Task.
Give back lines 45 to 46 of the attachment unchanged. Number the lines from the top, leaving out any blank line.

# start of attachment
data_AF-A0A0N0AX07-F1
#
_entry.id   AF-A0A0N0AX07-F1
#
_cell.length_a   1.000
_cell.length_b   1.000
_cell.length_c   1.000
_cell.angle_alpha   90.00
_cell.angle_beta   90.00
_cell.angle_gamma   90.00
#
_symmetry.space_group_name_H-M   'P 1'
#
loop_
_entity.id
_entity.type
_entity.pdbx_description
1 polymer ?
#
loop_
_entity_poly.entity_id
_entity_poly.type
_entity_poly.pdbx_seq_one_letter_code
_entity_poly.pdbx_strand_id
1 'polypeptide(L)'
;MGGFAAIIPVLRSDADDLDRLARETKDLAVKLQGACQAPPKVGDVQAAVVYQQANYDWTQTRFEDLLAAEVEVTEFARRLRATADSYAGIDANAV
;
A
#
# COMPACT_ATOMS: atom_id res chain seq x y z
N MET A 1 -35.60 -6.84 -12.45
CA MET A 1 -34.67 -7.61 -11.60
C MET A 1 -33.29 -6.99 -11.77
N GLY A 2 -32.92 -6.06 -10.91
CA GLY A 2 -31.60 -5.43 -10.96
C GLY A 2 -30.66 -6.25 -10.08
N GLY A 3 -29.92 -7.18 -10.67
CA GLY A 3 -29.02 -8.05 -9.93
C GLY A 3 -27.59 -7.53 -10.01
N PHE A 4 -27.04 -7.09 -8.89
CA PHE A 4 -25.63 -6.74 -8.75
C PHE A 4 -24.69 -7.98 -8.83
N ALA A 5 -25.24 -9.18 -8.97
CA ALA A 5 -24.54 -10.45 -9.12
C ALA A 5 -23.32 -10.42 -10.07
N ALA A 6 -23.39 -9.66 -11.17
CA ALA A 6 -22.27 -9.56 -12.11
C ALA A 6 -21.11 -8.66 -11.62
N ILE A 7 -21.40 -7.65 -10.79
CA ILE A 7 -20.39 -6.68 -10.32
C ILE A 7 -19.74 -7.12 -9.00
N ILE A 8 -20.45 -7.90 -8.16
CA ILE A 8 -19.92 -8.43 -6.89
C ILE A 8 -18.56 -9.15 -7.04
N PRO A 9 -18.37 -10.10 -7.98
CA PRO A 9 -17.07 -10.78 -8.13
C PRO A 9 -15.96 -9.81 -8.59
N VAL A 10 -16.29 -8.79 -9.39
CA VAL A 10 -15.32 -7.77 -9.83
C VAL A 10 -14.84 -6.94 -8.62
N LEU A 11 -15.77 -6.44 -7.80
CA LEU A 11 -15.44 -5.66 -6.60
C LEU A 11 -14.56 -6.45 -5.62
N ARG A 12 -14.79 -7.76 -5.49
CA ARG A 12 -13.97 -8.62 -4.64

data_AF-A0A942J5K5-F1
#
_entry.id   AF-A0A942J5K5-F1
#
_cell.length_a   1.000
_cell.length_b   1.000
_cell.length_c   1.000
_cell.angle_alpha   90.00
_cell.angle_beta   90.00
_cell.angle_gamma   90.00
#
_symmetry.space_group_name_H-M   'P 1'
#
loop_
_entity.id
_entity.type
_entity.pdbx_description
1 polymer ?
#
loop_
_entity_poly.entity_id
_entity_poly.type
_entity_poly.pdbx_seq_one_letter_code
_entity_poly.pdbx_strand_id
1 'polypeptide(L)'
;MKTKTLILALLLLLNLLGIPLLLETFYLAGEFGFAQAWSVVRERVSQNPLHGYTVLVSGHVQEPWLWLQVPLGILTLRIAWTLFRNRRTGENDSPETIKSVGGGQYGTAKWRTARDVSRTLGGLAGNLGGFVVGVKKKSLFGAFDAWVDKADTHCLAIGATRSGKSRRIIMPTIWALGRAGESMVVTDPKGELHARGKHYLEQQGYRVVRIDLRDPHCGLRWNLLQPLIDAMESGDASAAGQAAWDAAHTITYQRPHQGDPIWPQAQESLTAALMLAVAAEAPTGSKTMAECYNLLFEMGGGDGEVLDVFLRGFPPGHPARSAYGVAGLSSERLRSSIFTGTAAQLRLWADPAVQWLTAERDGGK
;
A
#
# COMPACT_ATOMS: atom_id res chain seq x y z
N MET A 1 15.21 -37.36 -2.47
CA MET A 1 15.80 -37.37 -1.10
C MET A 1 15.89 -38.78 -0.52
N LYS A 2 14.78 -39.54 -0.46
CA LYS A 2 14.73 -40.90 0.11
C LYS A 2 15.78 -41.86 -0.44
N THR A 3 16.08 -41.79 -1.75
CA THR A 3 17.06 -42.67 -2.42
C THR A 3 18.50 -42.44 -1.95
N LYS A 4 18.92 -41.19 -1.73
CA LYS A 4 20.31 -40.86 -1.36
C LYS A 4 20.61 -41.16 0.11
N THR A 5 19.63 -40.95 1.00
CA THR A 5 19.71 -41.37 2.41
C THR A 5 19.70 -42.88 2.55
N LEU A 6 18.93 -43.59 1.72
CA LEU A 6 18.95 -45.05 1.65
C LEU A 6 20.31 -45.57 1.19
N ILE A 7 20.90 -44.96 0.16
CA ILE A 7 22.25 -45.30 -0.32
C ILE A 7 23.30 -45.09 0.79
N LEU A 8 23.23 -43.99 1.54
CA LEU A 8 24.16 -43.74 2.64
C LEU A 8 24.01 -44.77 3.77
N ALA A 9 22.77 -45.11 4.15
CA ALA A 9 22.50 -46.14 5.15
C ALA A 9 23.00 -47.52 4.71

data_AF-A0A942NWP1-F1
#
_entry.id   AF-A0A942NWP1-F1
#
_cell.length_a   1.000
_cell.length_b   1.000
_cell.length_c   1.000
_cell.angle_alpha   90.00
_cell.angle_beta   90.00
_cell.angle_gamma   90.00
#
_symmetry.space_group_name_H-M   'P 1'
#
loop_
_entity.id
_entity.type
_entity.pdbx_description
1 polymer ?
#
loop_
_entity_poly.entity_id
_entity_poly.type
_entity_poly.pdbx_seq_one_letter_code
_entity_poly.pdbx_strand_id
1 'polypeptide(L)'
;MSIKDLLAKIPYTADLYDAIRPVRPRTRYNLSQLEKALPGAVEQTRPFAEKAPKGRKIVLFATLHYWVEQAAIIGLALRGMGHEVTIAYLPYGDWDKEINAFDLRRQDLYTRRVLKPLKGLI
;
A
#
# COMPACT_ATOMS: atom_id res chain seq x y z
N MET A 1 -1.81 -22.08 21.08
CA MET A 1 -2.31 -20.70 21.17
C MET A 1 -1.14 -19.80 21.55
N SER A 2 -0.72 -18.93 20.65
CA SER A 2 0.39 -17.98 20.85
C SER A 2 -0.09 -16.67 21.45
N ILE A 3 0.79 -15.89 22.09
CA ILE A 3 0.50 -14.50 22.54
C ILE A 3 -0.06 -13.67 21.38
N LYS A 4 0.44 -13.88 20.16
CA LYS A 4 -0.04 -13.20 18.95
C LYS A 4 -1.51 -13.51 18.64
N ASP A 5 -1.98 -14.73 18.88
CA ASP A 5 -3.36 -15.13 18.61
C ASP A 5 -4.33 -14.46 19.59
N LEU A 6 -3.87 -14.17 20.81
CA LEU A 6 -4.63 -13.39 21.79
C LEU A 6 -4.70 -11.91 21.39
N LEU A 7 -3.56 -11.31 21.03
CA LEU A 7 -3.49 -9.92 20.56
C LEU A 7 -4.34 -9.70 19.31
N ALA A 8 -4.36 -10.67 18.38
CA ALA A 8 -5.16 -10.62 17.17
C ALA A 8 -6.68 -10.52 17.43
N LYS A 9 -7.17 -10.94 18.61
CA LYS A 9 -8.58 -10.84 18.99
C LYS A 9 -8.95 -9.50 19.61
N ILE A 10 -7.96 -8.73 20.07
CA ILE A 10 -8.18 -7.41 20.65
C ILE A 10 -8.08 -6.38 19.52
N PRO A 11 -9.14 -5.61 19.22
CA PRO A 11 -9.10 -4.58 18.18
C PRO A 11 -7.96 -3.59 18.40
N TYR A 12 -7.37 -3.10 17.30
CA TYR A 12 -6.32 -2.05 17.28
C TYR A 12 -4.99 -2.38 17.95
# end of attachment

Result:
C ALA A 5 -23.32 -10.42 -10.07
N ALA A 6 -23.39 -9.66 -11.17